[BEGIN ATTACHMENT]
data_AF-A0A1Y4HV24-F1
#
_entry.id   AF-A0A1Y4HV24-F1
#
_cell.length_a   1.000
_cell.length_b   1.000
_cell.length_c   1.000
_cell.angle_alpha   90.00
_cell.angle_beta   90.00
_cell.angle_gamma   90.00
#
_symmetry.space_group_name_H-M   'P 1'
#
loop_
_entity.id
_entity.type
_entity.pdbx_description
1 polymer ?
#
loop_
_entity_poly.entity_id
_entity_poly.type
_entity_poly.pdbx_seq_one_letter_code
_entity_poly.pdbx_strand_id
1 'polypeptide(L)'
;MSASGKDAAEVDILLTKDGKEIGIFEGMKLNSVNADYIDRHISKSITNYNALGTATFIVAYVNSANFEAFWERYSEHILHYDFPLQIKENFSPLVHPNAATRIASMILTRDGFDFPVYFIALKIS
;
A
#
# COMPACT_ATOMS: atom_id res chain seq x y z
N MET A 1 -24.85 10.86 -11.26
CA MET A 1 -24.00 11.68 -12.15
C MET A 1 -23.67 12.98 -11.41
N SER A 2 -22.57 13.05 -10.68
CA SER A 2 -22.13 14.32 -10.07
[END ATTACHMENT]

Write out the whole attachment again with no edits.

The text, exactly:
data_AF-A0A1Y4HV24-F1
#
_entry.id   AF-A0A1Y4HV24-F1
#
_cell.length_a   1.000
_cell.length_b   1.000
_cell.length_c   1.000
_cell.angle_alpha   90.00
_cell.angle_beta   90.00
_cell.angle_gamma   90.00
#
_symmetry.space_group_name_H-M   'P 1'
#
loop_
_entity.id
_entity.type
_entity.pdbx_description
1 polymer ?
#
loop_
_entity_poly.entity_id
_entity_poly.type
_entity_poly.pdbx_seq_one_letter_code
_entity_poly.pdbx_strand_id
1 'polypeptide(L)'
;MSASGKDAAEVDILLTKDGKEIGIFEGMKLNSVNADYIDRHISKSITNYNALGTATFIVAYVNSANFEAFWERYSEHILHYDFPLQIKENFSPLVHPNAATRIASMILTRDGFDFPVYFIALKIS
;
A
#
# COMPACT_ATOMS: atom_id res chain seq x y z
N MET A 1 -24.85 10.86 -11.26
CA MET A 1 -24.00 11.68 -12.15
C MET A 1 -23.67 12.98 -11.41
N SER A 2 -22.57 13.05 -10.68
CA SER A 2 -22.13 14.32 -10.07